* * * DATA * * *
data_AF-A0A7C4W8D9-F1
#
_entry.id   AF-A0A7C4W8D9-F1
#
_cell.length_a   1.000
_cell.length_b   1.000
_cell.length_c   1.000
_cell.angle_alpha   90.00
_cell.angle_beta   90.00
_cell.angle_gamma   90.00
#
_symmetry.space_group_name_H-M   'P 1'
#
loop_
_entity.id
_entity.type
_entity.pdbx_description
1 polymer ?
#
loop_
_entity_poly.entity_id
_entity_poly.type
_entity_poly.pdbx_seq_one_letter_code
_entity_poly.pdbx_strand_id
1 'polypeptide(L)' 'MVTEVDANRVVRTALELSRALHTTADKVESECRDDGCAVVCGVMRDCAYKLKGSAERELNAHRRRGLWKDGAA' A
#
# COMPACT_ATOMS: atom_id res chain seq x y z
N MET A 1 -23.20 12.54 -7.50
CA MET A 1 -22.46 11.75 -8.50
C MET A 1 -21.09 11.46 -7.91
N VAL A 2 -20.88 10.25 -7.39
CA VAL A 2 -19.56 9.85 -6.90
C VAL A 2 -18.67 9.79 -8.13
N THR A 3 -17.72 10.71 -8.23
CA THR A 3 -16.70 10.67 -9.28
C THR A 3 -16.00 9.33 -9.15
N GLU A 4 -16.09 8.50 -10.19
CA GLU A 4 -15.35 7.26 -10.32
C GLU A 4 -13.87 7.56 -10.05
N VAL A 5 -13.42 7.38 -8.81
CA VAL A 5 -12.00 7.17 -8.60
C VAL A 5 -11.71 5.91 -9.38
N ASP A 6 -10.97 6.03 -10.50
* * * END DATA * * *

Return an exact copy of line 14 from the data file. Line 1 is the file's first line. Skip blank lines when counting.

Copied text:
loop_